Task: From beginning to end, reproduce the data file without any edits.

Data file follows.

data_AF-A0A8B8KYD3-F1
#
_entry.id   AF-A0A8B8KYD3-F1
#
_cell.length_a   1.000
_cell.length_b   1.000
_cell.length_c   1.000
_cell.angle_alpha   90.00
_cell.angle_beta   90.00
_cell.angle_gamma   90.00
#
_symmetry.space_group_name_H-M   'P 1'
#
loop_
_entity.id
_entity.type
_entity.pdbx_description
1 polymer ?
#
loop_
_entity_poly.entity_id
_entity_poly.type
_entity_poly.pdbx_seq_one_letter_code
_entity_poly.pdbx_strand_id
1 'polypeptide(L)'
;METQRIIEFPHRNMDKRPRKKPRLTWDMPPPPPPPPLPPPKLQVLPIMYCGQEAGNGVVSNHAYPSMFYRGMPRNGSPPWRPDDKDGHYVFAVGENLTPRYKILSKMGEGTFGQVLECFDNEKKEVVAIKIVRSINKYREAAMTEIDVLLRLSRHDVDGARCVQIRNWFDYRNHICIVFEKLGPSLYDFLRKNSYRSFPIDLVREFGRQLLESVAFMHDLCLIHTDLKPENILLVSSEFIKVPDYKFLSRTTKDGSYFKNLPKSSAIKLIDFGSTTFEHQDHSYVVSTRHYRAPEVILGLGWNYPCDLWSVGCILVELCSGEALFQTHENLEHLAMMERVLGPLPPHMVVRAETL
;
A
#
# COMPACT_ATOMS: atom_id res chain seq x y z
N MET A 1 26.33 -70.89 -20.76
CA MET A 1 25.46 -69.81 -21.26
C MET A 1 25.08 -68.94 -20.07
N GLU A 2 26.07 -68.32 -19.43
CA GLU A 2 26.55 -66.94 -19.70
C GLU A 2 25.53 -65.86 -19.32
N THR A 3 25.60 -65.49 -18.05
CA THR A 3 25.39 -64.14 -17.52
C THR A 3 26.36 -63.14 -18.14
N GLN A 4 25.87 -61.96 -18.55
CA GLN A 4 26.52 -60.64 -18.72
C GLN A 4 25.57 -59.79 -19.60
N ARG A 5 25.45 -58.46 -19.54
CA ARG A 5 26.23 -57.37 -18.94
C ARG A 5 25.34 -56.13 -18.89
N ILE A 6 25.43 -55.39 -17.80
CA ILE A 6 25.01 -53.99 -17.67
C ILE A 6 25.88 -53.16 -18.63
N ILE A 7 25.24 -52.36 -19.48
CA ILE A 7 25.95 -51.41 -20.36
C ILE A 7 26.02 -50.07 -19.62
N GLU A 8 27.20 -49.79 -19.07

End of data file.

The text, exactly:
data_AF-A0A8B8KYD3-F1
#
_entry.id   AF-A0A8B8KYD3-F1
#
_cell.length_a   1.000
_cell.length_b   1.000
_cell.length_c   1.000
_cell.angle_alpha   90.00
_cell.angle_beta   90.00
_cell.angle_gamma   90.00
#
_symmetry.space_group_name_H-M   'P 1'
#
loop_
_entity.id
_entity.type
_entity.pdbx_description
1 polymer ?
#
loop_
_entity_poly.entity_id
_entity_poly.type
_entity_poly.pdbx_seq_one_letter_code
_entity_poly.pdbx_strand_id
1 'polypeptide(L)'
;METQRIIEFPHRNMDKRPRKKPRLTWDMPPPPPPPPLPPPKLQVLPIMYCGQEAGNGVVSNHAYPSMFYRGMPRNGSPPWRPDDKDGHYVFAVGENLTPRYKILSKMGEGTFGQVLECFDNEKKEVVAIKIVRSINKYREAAMTEIDVLLRLSRHDVDGARCVQIRNWFDYRNHICIVFEKLGPSLYDFLRKNSYRSFPIDLVREFGRQLLESVAFMHDLCLIHTDLKPENILLVSSEFIKVPDYKFLSRTTKDGSYFKNLPKSSAIKLIDFGSTTFEHQDHSYVVSTRHYRAPEVILGLGWNYPCDLWSVGCILVELCSGEALFQTHENLEHLAMMERVLGPLPPHMVVRAETL
;
A
#
# COMPACT_ATOMS: atom_id res chain seq x y z
N MET A 1 26.33 -70.89 -20.76
CA MET A 1 25.46 -69.81 -21.26
C MET A 1 25.08 -68.94 -20.07
N GLU A 2 26.07 -68.32 -19.43
CA GLU A 2 26.55 -66.94 -19.70
C GLU A 2 25.53 -65.86 -19.32
N THR A 3 25.60 -65.49 -18.05
CA THR A 3 25.39 -64.14 -17.52
C THR A 3 26.36 -63.14 -18.14
N GLN A 4 25.87 -61.96 -18.55
CA GLN A 4 26.52 -60.64 -18.72
C GLN A 4 25.57 -59.79 -19.60
N ARG A 5 25.45 -58.46 -19.54
CA ARG A 5 26.23 -57.37 -18.94
C ARG A 5 25.34 -56.13 -18.89
N ILE A 6 25.43 -55.39 -17.80
CA ILE A 6 25.01 -53.99 -17.67
C ILE A 6 25.88 -53.16 -18.63
N ILE A 7 25.24 -52.36 -19.48
CA ILE A 7 25.95 -51.41 -20.36
C ILE A 7 26.02 -50.07 -19.62
N GLU A 8 27.20 -49.79 -19.07